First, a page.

Earlier this year I was approached by an agency I used to work for. They asked me to help them refine an app that focused on heart attacks and making public laws that would help to save lives.
One of the municipalities from Queretaro, Mexico, wanted to bring better health care responses to the specific events of heart attacks, by collecting data. Up until this point, they were managing data collection via surveys. The medical staff involved in attending a heart attack would fill the information they remembered, guess times, etc. This data needed to be more reliable to help make decisions that could impact people’s lives.
The organization needed a fast, reliable way to collect data related to attending heart attack incidents in the city of Queretaro. It was important that it would not intrude on the paramedics activities.
Find a way to design an app that will be used to register events in real time and help the paramedics do their job more efficiently.
I jumped into this project in the design phase, where the user stories, etc. were already laid out and the first version of wireframes was already tested.
With this information in hand we (a team of two designers and me) proceeded to refine the wireframes, and user flows.
Part of the process was to review, learn, and refine the wireframes with medical staff who would be using the app. Once we were happy with the results of the wireframes we did a high fidelity prototype and and tested it with paramedic staff.
As it turned out, some of the buttons weren’t reading as interactive interface elements, we were still assuming some stuff that didn’t work for the user, we also discovered some other issues that could help to achieve the final goal of the project. That was when we moved into our final iteration (taking into account all this feedback).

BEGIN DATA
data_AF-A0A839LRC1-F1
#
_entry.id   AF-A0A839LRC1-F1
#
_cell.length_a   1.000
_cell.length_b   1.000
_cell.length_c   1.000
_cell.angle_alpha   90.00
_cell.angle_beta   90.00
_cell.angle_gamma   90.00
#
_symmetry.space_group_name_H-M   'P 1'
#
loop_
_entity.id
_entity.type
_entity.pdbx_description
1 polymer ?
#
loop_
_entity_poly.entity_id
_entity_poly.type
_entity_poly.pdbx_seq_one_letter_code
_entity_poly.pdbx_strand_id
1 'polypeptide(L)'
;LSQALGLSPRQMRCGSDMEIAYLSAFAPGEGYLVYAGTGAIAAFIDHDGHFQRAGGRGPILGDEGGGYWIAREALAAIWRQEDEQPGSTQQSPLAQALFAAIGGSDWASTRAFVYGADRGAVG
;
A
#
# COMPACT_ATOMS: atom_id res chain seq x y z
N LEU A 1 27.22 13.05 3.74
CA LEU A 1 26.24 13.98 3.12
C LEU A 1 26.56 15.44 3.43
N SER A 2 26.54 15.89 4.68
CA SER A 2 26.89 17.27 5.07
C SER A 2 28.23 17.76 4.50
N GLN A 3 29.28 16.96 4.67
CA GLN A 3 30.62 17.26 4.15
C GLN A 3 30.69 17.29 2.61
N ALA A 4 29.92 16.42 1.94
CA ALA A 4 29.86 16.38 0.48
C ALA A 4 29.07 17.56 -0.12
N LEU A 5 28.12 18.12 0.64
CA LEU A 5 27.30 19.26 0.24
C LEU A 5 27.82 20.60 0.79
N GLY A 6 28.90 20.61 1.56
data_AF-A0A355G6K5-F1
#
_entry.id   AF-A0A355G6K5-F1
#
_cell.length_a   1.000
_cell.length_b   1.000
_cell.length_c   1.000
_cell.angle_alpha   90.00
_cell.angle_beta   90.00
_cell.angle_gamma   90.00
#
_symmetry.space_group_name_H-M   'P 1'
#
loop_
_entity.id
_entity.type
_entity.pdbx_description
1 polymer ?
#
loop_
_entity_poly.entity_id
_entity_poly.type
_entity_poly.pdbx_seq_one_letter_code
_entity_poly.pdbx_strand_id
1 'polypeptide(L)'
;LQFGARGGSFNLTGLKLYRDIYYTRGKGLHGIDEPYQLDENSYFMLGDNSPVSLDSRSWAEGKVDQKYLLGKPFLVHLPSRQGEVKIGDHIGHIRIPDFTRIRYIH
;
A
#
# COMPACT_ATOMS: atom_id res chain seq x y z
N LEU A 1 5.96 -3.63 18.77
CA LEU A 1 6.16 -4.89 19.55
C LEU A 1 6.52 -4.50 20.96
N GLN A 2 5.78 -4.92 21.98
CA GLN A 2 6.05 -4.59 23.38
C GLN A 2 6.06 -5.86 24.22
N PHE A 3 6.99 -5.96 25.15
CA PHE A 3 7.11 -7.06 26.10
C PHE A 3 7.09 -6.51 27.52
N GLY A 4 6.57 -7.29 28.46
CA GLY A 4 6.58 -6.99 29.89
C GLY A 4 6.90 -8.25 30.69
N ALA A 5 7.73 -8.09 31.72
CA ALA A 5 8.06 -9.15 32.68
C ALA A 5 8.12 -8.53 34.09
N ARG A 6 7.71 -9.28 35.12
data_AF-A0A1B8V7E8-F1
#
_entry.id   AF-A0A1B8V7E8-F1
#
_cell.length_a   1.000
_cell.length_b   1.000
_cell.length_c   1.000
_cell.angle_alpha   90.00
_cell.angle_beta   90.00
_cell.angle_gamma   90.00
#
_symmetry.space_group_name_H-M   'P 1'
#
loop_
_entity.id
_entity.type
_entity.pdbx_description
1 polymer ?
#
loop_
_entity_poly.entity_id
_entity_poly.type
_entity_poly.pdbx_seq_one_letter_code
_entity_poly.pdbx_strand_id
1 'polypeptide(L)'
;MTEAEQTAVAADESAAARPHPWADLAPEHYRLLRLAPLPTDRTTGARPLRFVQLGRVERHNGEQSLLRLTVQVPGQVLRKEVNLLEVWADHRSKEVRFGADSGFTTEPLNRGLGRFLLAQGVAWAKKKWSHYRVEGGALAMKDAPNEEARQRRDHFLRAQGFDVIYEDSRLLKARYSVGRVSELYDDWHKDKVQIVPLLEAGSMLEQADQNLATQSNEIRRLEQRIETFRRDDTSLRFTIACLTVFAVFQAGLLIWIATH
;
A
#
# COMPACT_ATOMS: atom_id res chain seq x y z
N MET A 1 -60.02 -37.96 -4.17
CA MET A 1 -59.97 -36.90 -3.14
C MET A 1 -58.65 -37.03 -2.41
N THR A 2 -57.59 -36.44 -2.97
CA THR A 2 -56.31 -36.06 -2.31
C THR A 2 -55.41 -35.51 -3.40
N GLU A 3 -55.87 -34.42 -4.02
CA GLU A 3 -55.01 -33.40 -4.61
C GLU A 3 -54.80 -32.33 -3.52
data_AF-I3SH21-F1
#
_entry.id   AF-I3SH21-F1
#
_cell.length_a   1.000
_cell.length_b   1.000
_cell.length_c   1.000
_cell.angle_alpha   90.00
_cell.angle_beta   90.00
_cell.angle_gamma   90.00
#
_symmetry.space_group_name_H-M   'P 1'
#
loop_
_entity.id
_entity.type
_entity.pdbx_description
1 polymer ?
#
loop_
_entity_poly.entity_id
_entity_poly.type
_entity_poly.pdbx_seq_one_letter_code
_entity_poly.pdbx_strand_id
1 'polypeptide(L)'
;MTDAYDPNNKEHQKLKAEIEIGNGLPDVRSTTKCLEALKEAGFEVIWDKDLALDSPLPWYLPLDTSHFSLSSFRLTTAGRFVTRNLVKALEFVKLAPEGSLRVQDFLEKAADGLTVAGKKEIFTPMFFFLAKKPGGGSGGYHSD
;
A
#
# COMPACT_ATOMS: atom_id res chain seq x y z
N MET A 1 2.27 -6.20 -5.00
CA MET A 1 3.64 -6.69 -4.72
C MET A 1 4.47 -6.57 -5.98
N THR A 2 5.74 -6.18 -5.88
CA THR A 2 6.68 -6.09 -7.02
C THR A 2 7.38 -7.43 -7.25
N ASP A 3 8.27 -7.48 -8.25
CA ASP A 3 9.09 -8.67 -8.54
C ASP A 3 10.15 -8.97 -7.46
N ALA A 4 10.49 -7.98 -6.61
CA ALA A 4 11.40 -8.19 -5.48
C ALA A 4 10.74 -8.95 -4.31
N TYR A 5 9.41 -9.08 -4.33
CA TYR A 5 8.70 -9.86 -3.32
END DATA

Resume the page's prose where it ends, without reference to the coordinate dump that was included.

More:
We needed big buttons that displayed information that might be helpful to the paramedics without much scanning.
And finally, we added some components that the paramedics found useful, like visual queues for the BPM.
Here is a little micro interaction we designed for the after attention survey:
Along with a web app, this mobile app will help paramedics register all their actions without feeling like they’re adding overhead to their work. In the process, we can help them to better attend to their patients.
And after all this information is analyzed, politicians can start to use the data to propose laws that will help to improve the survival rate of heart attack patients.
I would love to share some information about the project but sadly the data is protected due privacy, and the app is only accesible through an existing account.